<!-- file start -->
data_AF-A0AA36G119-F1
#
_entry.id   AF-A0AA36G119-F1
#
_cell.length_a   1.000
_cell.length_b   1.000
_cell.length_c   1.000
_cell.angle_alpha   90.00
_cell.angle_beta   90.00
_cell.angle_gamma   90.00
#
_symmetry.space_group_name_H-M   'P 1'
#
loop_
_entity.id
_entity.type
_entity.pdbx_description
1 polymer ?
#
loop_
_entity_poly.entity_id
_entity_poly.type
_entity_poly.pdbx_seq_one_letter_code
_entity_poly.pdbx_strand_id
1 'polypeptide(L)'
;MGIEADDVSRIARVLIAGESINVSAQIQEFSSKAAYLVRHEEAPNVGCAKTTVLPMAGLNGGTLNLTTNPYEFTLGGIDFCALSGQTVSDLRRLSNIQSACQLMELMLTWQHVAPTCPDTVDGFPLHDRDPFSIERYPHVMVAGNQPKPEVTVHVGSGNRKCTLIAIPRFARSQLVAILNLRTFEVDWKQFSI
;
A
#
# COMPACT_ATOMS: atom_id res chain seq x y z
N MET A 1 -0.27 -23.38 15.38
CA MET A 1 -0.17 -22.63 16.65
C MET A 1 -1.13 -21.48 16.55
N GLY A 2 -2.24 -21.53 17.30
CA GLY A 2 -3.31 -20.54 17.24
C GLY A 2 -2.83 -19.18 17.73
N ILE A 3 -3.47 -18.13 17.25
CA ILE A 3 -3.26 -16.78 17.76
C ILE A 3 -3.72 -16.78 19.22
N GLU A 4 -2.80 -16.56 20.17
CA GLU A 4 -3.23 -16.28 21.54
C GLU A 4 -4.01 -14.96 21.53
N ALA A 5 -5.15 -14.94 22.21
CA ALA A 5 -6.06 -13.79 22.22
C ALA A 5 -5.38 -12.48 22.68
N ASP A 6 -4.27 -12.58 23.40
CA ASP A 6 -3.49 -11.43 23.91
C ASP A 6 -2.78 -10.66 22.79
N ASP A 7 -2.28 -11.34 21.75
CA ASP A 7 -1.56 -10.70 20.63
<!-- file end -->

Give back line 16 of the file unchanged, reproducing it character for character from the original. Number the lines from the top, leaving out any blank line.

_entity.type